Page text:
How Carlos Ramos Left A Question Mark Behind The “Win” of Naomi Osaka

The question mark remains on Naomi Osaka's side of the court...where Carlos Ramos left it. Could she have won the US Open without his cheat call?

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Yes, Serena Williams did have a mini-tantrum on a known bumbling umpire by the name of Carlos Ramos for pulling a penalty on her for what appeared to be no real reason except that she was about to win – AGAIN.

Yes, Williams later apologized for it and tried to be a good sport by acknowledging Naomi Osaka’s “win,” but what this umpire – who is said to have tired of the fittest of all tennis champion winners winning – did is put a severe question mark behind Naomi Osaka’s win by basically doing what all of his kind do – cheat.

After the dust settled in Flushing Meadows at the Arthur Ashe Stadium on this past Saturday, the fall-out still remains.

The ump’s faulty decision, which was upheld by the Open Commission by the way, is the default matter that opens the door to whether or not Osaka could have won if he had not made a bad decision on her behalf. Without that ump’s bad decision, maybe the case is that Osaka was losing and would have lost.

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Of course, the fact that Serena Williams may be a little “flighty” right now during her post-partum days, yes, which affect even women in superb physical health, she took to her Instagram account calm and cuddly with her year-old daughter.

Always Some Media Idiot Around With Something Bad to Say About Her

If it isn’t Serena’s hair, her outfits, or the fact that she loudly called a flub on an umpire who obviously deserved it, someone is always finding fault with things even as simple as the way she lives her life.

Some unscrupulous crud even had the unmitigated gall to post a racist drawing of Serena looking like a huge giant of some kind (thus grossly re-depicting her trim and athletic well-built and conformed body) wearing a Black tutu with her mouth all open screaming and stomping like a child (not what happened in real life). Yes, the graphic was racist as hell considering that she had every right to question that call and did so loudly, as she should have — screw the $17,000.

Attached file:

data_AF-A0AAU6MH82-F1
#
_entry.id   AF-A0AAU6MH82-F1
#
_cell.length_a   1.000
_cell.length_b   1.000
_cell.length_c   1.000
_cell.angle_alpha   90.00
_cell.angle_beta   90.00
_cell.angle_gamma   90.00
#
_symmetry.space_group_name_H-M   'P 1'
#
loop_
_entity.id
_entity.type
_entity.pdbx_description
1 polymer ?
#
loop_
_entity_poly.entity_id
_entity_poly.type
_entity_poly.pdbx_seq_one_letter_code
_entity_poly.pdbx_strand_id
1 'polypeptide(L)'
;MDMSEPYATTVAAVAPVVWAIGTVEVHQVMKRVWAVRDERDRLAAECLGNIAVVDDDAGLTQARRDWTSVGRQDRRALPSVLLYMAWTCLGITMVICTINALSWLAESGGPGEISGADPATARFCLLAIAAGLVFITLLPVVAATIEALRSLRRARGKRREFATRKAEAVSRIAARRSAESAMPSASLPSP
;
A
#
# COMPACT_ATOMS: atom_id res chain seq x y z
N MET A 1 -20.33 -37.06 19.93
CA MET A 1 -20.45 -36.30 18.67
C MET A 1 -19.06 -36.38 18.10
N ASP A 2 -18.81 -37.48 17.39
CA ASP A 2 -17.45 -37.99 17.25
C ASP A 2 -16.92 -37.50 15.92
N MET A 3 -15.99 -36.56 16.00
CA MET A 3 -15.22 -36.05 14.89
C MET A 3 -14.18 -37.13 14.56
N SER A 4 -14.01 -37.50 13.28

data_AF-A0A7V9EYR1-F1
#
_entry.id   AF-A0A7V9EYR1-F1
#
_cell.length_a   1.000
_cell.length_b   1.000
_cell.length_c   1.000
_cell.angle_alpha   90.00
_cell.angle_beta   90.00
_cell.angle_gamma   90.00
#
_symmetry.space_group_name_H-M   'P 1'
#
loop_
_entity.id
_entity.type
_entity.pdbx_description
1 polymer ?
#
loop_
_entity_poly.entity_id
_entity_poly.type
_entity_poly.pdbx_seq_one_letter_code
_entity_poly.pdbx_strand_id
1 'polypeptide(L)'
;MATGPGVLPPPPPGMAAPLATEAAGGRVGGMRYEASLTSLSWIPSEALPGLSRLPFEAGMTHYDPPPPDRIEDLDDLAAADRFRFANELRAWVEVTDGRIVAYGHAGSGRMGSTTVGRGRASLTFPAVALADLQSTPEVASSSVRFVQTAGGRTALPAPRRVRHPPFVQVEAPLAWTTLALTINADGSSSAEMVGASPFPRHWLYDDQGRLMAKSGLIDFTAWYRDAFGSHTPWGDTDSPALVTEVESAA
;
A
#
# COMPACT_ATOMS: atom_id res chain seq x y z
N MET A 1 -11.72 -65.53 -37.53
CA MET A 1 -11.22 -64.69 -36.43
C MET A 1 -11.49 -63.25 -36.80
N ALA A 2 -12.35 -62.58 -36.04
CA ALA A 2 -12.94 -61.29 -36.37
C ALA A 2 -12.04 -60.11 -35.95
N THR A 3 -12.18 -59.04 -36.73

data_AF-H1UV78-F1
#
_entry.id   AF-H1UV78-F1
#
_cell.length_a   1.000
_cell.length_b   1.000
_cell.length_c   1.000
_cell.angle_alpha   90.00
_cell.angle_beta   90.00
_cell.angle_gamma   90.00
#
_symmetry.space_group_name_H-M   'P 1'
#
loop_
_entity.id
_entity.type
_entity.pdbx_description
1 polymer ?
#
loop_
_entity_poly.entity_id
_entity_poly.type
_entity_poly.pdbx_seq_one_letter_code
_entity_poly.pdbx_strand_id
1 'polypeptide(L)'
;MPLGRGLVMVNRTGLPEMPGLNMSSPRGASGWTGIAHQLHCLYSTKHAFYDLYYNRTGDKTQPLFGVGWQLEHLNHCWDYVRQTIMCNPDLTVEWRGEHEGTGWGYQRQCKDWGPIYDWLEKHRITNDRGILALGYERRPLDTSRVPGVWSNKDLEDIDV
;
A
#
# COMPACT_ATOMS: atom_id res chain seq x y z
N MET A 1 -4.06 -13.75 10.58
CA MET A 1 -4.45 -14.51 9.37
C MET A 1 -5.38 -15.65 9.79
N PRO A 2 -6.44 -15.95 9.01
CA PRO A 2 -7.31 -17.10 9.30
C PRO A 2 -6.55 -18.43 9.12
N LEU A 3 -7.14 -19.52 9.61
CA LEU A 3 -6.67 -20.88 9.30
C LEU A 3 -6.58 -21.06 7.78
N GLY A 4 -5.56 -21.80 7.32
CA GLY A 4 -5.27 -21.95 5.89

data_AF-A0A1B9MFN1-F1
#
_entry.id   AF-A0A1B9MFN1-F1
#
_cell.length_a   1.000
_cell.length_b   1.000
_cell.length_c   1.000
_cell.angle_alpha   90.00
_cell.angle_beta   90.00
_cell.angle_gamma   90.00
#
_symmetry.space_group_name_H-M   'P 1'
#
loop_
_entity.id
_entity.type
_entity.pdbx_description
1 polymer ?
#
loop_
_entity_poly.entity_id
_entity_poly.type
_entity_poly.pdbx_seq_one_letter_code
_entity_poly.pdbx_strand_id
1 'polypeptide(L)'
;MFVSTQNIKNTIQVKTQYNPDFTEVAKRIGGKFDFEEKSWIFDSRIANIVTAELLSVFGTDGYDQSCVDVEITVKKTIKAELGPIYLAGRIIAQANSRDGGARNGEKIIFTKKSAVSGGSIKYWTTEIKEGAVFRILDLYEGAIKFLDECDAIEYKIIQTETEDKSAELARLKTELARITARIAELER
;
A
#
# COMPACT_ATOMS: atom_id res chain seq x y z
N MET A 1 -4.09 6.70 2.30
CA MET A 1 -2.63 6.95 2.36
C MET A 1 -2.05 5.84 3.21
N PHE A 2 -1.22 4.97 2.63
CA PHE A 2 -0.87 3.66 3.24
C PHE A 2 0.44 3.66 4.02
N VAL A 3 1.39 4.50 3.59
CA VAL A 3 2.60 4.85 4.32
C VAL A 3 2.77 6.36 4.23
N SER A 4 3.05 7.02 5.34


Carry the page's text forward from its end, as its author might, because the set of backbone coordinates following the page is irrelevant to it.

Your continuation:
The 23-times grand slam champion may have conceded the loss as an act of good sportswomanship, but if it took a bad umpire call for Osaka to win, the question remains on the win itself and whether or not she could have done it without a cheat call.

Wiliams and her coach, Patrick Mouratoglou, have worked together for six years, but the call was more on the Frenchman “coaching Serena from the stands” than it was on the way Serena actually played her game like the champion she is.

In order to appease them, Williams would have had to throw the game and play less than her best just to keep from garnering a 24th win, and a champ never needs to feel sorry for the opposition. Williams, ever the champion that she is, conceded the loss and said “I would rather lose than cheat.”

Yes, she would rather lose than cheat. So now the question remains regardless of Williams’ concession, did Osaka REALLY win?

That blemish of a bad umpire call is now on Osaka’s record, not Williams’es. The question will always remain about Osaka’s skills and abilities on the tennis court because that is where Ramos left her hanging.

Osaka may be a very good player, but can she really win against Williams without a bad ump call? She certainly won with a severe question mark hanging over her head this past Saturday.

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PUBLIC NOTE: The opinions expressed in this article are the author's own and do not reflect the view of the Urban Intellectuals, affiliates or partners.

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